Hello everyone,

I saw this article today and found it very interesting:

Do you think it's credible, or is someone just fueling the PR engine for an upcoming book?

What resonated with me most was the criticism of "stack ranking" employees at Microsoft (forcing managers to "declare a certain percentage of employees as top performers, good performers, average, and poor"). My employer also does that, and I believe it's the most dysfunctional performance management practice: If you, as a manger, get to choose ten employees for a new organization, and you pick the smartest ten, you'll be punished: someone has to get the poor rating, he'll know what's going on, he'll have alternatives (if they're actually smart). They will leave and you lose. The system effectively sets an incentive to hire sub-standard people.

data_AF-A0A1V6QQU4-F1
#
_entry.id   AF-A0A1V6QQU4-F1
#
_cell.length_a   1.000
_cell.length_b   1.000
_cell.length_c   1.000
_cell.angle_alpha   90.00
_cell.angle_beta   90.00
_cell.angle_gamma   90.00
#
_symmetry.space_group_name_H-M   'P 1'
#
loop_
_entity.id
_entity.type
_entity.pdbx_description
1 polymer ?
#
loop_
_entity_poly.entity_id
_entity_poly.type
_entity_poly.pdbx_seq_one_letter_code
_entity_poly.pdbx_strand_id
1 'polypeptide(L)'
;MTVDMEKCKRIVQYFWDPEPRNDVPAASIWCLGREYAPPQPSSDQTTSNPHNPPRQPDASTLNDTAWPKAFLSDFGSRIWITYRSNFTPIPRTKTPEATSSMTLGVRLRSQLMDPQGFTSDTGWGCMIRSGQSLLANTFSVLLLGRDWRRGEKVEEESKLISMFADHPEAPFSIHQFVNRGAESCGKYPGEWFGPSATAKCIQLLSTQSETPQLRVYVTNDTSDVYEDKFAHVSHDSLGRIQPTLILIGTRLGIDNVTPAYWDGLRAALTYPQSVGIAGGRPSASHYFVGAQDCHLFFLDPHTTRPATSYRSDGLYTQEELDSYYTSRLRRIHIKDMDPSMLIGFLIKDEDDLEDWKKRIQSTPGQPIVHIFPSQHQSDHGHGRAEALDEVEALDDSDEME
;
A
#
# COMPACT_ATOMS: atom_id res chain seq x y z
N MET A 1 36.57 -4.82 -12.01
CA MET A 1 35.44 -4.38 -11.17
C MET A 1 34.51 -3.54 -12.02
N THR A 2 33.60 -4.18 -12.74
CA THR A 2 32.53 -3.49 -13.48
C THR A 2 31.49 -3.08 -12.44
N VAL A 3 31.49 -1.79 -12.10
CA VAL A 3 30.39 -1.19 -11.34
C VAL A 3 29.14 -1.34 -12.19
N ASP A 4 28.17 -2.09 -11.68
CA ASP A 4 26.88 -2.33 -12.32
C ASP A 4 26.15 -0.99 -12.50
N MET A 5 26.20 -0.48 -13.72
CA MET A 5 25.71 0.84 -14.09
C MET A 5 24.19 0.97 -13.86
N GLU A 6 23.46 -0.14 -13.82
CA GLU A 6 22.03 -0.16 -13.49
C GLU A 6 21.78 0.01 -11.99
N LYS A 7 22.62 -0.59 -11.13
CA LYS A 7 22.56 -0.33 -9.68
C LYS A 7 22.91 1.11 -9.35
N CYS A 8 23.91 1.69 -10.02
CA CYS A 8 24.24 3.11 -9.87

Or doesn't it? Am I missing something? What do others think?


jhack's picture

You might find this previous discussion of the topic interesting (including Mark's perspective): 

Microsoft's current situation ("downfall" is too strong a word for a company still profitable with great cash flow!) is perhaps more strategic than operational.  They have some very strong businesses (Xbox, Office. Windows), some good position in emerging markets (Azure, Live) and some struggles (mobile devices).  

I seems unlikely that this situation can be explained by an HR ranking practice. 

John Hack

techmgr's picture
Training Badge

The URL in the above reply no longer works. I did some digging and believe I have found the forum discussion from 2006: